How Much Do We Need as a Down Payment to Buy a Home?

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It can be confusing to understand the amount of money you'll need for a down payment on a home because of the availability of different loan programs. Many people, anxious to buy their first home, want to find a loan that requires the smallest percentage down payment.

For example, say that a couple has been saving to buy a home, and so far, they have about $2,000 in the bank. Some of their friends say they should come up with a down payment that is at least 3 percent of their targeted home's sale price. For a $200,000 home, that's $6,000 for a down payment, which may seem like not much money. So how much is the couple really required to put down to buy a home? What is the minimum down payment they can get away with for home buying?"

It's admirable that the couple is saving up for a down payment to buy a home. Some potential buyers go driving around on a Sunday, spot an open house, stumble inside and end up making an offer without giving home buying a second thought. Putting your finances in order and making sure you have enough of a down payment saved, plus closing costs, gets you started off on the right foot as a new homeowner.

Conventional wisdom says you should put down as much as you feel comfortable putting down to buy a home. Generally, more is better than less, but don't wipe out your savings account to do it. You will still need to have funds set aside for a rainy day and for things to buy after buying a home.

Types of Minimum Down Payments

The amount of minimum down payment required will depend on the type of loan that you choose. Each mortgage loan type carries its own guidelines. Gone are the days of 80 / 20 combo loans and liar loans, also known as stated income loans. Today, underwriters closely scrutinize a borrower's ability to repay the loan. They don't want borrowers to overextend themselves and end up in foreclosure or a short sale down the road.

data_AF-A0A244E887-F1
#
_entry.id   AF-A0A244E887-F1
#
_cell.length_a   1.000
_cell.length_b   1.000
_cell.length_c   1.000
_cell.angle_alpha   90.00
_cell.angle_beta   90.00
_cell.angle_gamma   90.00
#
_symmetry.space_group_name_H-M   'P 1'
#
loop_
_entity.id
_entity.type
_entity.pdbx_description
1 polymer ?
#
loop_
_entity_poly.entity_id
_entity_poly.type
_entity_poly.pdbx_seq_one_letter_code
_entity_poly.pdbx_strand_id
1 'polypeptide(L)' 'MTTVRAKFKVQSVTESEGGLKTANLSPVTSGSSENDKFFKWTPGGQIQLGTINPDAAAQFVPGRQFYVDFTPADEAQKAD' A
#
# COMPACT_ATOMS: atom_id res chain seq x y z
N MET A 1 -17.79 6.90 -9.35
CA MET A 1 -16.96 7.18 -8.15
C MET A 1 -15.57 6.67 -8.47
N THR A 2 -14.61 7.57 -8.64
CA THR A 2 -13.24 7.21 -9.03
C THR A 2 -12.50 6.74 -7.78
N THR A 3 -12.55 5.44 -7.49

• Minimum Down Payment for a VA Loan: A VA loan, created by the government in 1944, is one of the best deals going in America. It offers competitive rates and attractive terms to past and present military members of our armed services. The best thing about a VA loan? No down payment. That's right. Zero down to qualified vets.
  • Minimum Down Payment for an FHA Loan: Another government program, the FHA loan, has been around even longer than the VA loan program. FHA loans have been part of the American mortgage system since 1934. The minimum down payment requirement for an FHA loan is 3.5 percent. For a $100,000 sales price, the minimum down payment is $3,500. There is also an MI premium that can be folded into the loan.
  • Minimum Down Payment for a Conventional Loan: Most conventional loans are fixed-rate mortgages. These types of loans have offered flexible down payment plans in the past, but the push for the future is to increase the down payment minimums. While 100 percent loans are not available, typically you can find, with a high enough FICO score, a loan for a 3 percent down payment. Some special conventional loans for certain classes of professional people such as teachers, for example, can require zero down.

    Other Loan Types

    You can also find 10-percent down payment and 15-percent down payment loans. All three of these types of loans involve private mortgage insurance, or PMI. As time goes on, the push will be for a minimum 20 percent down payment. If you can afford to put 20 percent down, you won't need to pay PMI.

    What's Earnest Money?

    Be careful that you don't confuse a down payment with an earnest money deposit. A down payment is a percentage of the sales price that a home buyer pays out of pocket. The remainder of the purchase price after your down payment is deducted equals the amount of your mortgage.

    An earnest money deposit is the amount of money paid to secure a purchase contract. It is part of your down payment and is generally dictated by local home buying customs. The earnest money deposit can vary from a small amount such as $100 or $500 to a larger amount such as $1,000 to $50,000, depending on the sales price.

    Earnest money is generally 1 percent to 3 percent of the sales price. This money can be at risk if a buyer defaults on the contract, known as liquidated damages. Paying earnest money shows you have good faith intentions to buy the home.

    In multiple-offer situations, buyers who put down a larger earnest-money deposit often gain an advantage. Even though it's all the same money in the end to the seller, sellers often see a big earnest money deposit as a sign the buyer is committed and serious.